Most of us think of plants as passive forms of life that quietly go about doing plant stuff, like growing, cleaning the air, and producing flowers and fruit. But have you ever thought a plant could catch and eat another organisms?
We use plants for many different things including food, aesthetics, clothing, fuel, and building materials. Plants have a disadvantage to most other forms of life in that they cannot run away when we cut them down or when an insect decides to make them into lunch. But they do have ways of fighting back through chemicals that can cause itching, bitter taste, or even poison us. Some of the most fascinating plants are ones that have evolved to turn the table on insects and make them into lunch.
Most plants use their root system to draw nutrients from the soil. Leaves absorb carbon dioxide form the air, and through the process of photosynthesis use sunlight to create energy to grow and produce flowers and fruit.
Some plants grow in very poor soils and cannot get adequate nutrients through traditional means, so they have developed leaves that can catch insects and take the nutrients from them that they cannot get from the soil. These are known as carnivorous plants.
The most popular and well known of the carnivorous plants is the venus flytrap (Dionaea muscipula). The venus flytrap has leaves that look like miniature traps. Three little hairs on each inner side of the leaf act as triggers for the deadly trap, when an insect touches two of the hairs within twenty seconds of each other, the trap closes and traps the unsuspecting insect. As the insect moves around in the trap, the leaves produces enzymes which help to digest the insect and allows the plant to gain the required nutrients.
American pitcher plant
Another carnivorous plant that grows natively in America is the American pitcher plant (Serracenia). These plants produce tube-like pitchers that are actually modified leaves which fill with water and digestive enzymes. The plant attracts insects by producing nectar under the top of the leaf which looks somewhat like a lid. There is a smooth lip along the top of the pitcher which causes the insect to lose its footing and fall into the pitcher. The inside of the pitcher is smooth and waxy and there are also downward pointing hairs which all prevent the insect from crawling back out. The insect eventually drowns in the fluid where it is slowly digested by the plant.
Another less known carnivorous plant is the sundews (Drosera). This plant looks and acts similarly to fly paper. The leaves have little hairs with a little bead of nectar on each one. When an insect comes to eat the nectar it finds itself stuck to the hairs, and the leaves slowly curl around the insect. Once the leaf is tightly curled around the insect it produces digestive enzymes which digest the insect.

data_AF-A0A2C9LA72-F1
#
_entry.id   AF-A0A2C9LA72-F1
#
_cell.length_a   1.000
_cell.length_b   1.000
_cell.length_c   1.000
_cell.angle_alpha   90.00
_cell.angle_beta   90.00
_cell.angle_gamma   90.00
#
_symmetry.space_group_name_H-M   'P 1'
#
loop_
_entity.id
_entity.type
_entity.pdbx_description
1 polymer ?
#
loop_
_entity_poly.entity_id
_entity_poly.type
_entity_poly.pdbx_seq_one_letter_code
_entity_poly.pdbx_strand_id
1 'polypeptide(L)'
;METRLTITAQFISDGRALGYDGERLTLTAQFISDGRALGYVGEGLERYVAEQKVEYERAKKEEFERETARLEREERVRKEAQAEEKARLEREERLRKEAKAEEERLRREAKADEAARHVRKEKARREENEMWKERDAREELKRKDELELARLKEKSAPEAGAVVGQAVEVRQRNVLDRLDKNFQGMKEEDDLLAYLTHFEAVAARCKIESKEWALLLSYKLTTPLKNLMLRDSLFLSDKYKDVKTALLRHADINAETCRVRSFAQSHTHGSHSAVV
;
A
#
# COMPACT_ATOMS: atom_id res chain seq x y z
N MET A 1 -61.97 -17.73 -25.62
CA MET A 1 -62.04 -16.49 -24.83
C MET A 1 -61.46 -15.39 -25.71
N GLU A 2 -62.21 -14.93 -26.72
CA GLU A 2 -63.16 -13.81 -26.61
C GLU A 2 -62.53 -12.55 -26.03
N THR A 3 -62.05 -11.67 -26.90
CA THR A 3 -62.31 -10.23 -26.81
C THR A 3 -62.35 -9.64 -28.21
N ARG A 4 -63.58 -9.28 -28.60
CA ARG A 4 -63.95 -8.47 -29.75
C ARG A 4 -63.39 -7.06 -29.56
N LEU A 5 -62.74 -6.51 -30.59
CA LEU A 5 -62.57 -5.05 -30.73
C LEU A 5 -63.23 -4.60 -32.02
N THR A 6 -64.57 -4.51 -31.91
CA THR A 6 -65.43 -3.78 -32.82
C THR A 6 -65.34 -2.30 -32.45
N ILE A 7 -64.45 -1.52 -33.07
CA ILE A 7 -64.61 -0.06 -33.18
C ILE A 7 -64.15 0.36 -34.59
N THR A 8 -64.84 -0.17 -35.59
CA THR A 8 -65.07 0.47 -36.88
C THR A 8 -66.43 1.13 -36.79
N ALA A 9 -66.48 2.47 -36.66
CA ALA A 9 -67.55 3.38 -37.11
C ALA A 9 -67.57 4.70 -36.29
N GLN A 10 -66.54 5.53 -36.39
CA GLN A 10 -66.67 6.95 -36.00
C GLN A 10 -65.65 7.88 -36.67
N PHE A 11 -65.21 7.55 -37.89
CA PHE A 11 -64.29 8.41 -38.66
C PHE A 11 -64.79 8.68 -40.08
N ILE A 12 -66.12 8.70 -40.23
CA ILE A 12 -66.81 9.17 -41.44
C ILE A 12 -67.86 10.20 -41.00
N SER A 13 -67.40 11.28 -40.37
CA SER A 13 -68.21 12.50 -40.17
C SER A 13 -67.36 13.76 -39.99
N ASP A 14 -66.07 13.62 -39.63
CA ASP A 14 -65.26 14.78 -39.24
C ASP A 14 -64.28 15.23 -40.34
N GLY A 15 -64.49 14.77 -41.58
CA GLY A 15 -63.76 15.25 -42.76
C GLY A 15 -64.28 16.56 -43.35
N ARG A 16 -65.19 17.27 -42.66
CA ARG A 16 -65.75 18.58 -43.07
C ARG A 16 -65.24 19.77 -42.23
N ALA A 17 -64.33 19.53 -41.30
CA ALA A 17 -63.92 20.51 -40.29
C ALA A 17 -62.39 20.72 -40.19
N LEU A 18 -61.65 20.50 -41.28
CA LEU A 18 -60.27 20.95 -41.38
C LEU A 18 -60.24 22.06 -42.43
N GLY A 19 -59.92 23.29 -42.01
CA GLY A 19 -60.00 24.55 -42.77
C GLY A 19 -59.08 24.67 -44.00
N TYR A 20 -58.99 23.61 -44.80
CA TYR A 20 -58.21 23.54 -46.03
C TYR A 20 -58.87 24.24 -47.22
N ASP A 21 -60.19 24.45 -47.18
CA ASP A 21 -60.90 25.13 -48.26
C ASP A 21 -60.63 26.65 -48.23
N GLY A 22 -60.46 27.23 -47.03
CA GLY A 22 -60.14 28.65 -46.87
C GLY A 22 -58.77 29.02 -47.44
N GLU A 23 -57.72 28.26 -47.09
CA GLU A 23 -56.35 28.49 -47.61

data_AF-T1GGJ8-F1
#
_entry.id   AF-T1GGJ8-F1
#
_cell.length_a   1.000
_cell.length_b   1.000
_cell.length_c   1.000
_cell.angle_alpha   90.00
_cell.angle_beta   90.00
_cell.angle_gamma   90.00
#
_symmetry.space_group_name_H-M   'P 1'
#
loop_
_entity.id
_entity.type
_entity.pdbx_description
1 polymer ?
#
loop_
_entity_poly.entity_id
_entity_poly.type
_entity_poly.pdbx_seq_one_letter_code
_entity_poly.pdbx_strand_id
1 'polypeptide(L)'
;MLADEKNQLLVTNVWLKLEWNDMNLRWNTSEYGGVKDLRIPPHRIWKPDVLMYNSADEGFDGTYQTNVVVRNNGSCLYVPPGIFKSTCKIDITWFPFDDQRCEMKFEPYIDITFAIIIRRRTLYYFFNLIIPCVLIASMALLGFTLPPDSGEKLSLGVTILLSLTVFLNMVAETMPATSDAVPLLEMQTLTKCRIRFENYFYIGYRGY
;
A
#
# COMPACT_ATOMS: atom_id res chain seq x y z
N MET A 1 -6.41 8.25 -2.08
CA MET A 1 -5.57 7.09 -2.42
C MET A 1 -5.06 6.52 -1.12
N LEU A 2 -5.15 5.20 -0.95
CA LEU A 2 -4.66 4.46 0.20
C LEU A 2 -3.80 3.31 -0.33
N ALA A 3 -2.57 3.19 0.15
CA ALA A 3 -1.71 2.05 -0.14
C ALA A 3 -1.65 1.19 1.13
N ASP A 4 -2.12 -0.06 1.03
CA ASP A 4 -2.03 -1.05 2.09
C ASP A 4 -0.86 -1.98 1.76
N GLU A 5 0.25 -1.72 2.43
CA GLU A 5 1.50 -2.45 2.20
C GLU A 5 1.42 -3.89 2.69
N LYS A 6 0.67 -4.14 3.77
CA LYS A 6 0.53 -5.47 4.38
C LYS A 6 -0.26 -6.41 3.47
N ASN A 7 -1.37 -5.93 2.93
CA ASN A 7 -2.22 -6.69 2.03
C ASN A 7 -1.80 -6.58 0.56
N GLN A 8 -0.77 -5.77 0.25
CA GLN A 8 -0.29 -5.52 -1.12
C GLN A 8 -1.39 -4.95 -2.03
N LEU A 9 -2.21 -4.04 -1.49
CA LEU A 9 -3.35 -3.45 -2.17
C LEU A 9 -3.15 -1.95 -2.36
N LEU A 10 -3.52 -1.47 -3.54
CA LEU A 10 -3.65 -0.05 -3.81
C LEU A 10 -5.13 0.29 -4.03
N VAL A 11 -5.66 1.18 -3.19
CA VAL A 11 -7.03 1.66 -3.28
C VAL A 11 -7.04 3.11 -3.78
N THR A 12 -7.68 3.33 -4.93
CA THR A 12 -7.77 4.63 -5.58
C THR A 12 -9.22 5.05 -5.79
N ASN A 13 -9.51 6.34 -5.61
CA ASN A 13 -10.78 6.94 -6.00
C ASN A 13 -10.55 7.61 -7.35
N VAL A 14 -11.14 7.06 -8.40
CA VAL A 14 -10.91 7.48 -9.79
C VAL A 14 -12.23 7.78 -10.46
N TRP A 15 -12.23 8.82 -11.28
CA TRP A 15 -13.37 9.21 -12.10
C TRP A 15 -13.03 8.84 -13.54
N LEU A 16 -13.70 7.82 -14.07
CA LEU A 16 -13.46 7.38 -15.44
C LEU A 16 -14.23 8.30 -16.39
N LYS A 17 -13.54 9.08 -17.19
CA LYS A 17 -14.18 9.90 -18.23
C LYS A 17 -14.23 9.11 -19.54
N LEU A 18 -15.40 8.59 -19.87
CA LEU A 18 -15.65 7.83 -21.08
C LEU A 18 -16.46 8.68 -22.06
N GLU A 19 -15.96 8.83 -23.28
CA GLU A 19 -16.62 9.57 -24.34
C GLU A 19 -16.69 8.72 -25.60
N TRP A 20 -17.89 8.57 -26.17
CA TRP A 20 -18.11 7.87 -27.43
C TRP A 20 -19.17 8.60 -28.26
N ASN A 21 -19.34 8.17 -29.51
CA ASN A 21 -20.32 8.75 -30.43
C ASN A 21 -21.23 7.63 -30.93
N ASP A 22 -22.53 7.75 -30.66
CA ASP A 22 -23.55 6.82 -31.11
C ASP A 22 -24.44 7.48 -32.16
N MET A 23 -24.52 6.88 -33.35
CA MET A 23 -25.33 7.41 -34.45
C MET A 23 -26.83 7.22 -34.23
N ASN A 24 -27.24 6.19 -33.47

Another carnivorous plant similar to the sundews is the butterworts (Pinguicula). Pinguicula means “little greasy one” in Latin. This plant produces little purple flowers that look similar to violets, but their leaves are much less friendly. Butterworts have herbaceous leaves which grow in a rosette form and have glands that produce a sticky substance which traps and digests the insects.
Tropical pitcher plants
The tropical pitcher plants (Nepenthes) are the largest of the carnivorous plants, there have even been reports of finding rats in some of the largest pitchers. These plants grow in more humid areas in the jungle. These plants have climbing stems with glossy leaves. The midrib of the leaves extend and a pitcher forms at the tip. The pitchers function similarly to the American pitcher plants by producing nectar to attract insects and when an insect slips into the pitcher they drown in the liquid where they are then digested.
Most people think of carnivorous plants as exotic plants found in the depths of the jungle that can only be grown in a terrarium. Though there are some species, such as the tropical pitcher plants and some species of sundews and butterworts, that are found in warm humid climates and will need to be grown in a greenhouse, there are many that are native to North America.
Grow your own carnivorous plants
Light: North American carnivorous plants require full sun to grow. A good rule to go by is if you have enough sun to grow tomatoes, you have enough sun to grow carnivorous plants.
Water: Because these plants grow in poor soils, it is actually harmful to water them with regular water, and it is recommended to water your plants with distilled water. Also make sure to keep the soil moist at all times. A good method to do this is to place them in a shallow container with about an inch of water.
Winter care: North American carnivorous plants are perennials and actually need a period of cold temperatures, or winter dormancy, to rest so that they can grow back in the spring with vigor. If you are growing your plants in containers they will need some protection if the temperature gets below 20° F for longer than a couple days. The reason to protect your plants is not to prevent freezing, but to prevent them from getting dehydrated. To protect your plants for the winter months, clip off the larger leaves in late fall when the plants have experienced a few light freezes. Place your plants in about an inch of water to keep the soil moist, spray them with a sulfur-based fungicide to prevent mold from accumulating, and then completely cover them with mulch. Make sure to check on your plants periodically for signs of mold and to keep the soil moist.
For more information about carnivorous plants and how to grow them, here are a few recourses I have found helpful.
The Savage Garden, Revised: Cultivating Carnivorous Plants. by Peter D’Amato